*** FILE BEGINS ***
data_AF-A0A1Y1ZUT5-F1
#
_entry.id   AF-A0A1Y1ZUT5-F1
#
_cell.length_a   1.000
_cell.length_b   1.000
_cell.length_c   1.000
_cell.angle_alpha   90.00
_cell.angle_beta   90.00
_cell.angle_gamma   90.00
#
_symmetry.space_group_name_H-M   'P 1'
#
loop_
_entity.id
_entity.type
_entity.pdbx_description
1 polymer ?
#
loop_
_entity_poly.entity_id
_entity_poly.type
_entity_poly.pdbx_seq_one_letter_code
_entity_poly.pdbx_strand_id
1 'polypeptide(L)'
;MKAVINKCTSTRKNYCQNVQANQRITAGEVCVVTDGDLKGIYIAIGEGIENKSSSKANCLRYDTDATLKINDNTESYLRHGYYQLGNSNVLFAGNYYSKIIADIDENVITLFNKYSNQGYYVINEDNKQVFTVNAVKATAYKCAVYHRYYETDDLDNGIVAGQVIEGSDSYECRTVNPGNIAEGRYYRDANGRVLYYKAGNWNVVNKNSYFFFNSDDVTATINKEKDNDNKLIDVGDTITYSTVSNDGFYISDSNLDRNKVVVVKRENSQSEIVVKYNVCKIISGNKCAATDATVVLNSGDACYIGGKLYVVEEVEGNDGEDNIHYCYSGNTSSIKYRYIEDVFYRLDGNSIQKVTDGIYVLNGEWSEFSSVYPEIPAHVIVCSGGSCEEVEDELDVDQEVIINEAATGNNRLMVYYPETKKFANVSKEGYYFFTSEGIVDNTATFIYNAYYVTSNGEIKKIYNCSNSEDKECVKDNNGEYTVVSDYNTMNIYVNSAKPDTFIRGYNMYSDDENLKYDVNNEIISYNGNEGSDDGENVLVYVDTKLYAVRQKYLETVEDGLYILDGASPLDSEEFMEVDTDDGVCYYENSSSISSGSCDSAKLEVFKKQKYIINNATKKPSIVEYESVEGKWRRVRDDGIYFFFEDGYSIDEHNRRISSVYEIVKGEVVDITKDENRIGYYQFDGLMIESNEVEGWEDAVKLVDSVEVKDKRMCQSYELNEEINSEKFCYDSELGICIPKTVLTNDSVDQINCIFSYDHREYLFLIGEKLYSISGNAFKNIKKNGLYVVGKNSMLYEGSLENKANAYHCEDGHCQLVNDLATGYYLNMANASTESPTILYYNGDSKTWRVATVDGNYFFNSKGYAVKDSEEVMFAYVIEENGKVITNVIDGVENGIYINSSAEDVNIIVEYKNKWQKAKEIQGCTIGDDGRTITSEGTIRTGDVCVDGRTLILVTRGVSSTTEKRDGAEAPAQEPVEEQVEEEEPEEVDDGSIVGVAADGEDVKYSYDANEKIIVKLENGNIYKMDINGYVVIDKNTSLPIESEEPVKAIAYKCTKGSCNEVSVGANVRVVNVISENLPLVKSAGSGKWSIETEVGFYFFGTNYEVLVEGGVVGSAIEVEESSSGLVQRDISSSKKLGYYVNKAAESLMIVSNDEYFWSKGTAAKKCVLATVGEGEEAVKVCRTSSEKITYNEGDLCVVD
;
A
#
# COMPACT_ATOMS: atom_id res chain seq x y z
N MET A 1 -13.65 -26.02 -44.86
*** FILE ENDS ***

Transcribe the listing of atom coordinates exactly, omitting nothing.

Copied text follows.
data_AF-A0A1Y1ZUT5-F1
#
_entry.id   AF-A0A1Y1ZUT5-F1
#
_cell.length_a   1.000
_cell.length_b   1.000
_cell.length_c   1.000
_cell.angle_alpha   90.00
_cell.angle_beta   90.00
_cell.angle_gamma   90.00
#
_symmetry.space_group_name_H-M   'P 1'
#
loop_
_entity.id
_entity.type
_entity.pdbx_description
1 polymer ?
#
loop_
_entity_poly.entity_id
_entity_poly.type
_entity_poly.pdbx_seq_one_letter_code
_entity_poly.pdbx_strand_id
1 'polypeptide(L)'
;MKAVINKCTSTRKNYCQNVQANQRITAGEVCVVTDGDLKGIYIAIGEGIENKSSSKANCLRYDTDATLKINDNTESYLRHGYYQLGNSNVLFAGNYYSKIIADIDENVITLFNKYSNQGYYVINEDNKQVFTVNAVKATAYKCAVYHRYYETDDLDNGIVAGQVIEGSDSYECRTVNPGNIAEGRYYRDANGRVLYYKAGNWNVVNKNSYFFFNSDDVTATINKEKDNDNKLIDVGDTITYSTVSNDGFYISDSNLDRNKVVVVKRENSQSEIVVKYNVCKIISGNKCAATDATVVLNSGDACYIGGKLYVVEEVEGNDGEDNIHYCYSGNTSSIKYRYIEDVFYRLDGNSIQKVTDGIYVLNGEWSEFSSVYPEIPAHVIVCSGGSCEEVEDELDVDQEVIINEAATGNNRLMVYYPETKKFANVSKEGYYFFTSEGIVDNTATFIYNAYYVTSNGEIKKIYNCSNSEDKECVKDNNGEYTVVSDYNTMNIYVNSAKPDTFIRGYNMYSDDENLKYDVNNEIISYNGNEGSDDGENVLVYVDTKLYAVRQKYLETVEDGLYILDGASPLDSEEFMEVDTDDGVCYYENSSSISSGSCDSAKLEVFKKQKYIINNATKKPSIVEYESVEGKWRRVRDDGIYFFFEDGYSIDEHNRRISSVYEIVKGEVVDITKDENRIGYYQFDGLMIESNEVEGWEDAVKLVDSVEVKDKRMCQSYELNEEINSEKFCYDSELGICIPKTVLTNDSVDQINCIFSYDHREYLFLIGEKLYSISGNAFKNIKKNGLYVVGKNSMLYEGSLENKANAYHCEDGHCQLVNDLATGYYLNMANASTESPTILYYNGDSKTWRVATVDGNYFFNSKGYAVKDSEEVMFAYVIEENGKVITNVIDGVENGIYINSSAEDVNIIVEYKNKWQKAKEIQGCTIGDDGRTITSEGTIRTGDVCVDGRTLILVTRGVSSTTEKRDGAEAPAQEPVEEQVEEEEPEEVDDGSIVGVAADGEDVKYSYDANEKIIVKLENGNIYKMDINGYVVIDKNTSLPIESEEPVKAIAYKCTKGSCNEVSVGANVRVVNVISENLPLVKSAGSGKWSIETEVGFYFFGTNYEVLVEGGVVGSAIEVEESSSGLVQRDISSSKKLGYYVNKAAESLMIVSNDEYFWSKGTAAKKCVLATVGEGEEAVKVCRTSSEKITYNEGDLCVVD
;
A
#
# COMPACT_ATOMS: atom_id res chain seq x y z
N MET A 1 -13.65 -26.02 -44.86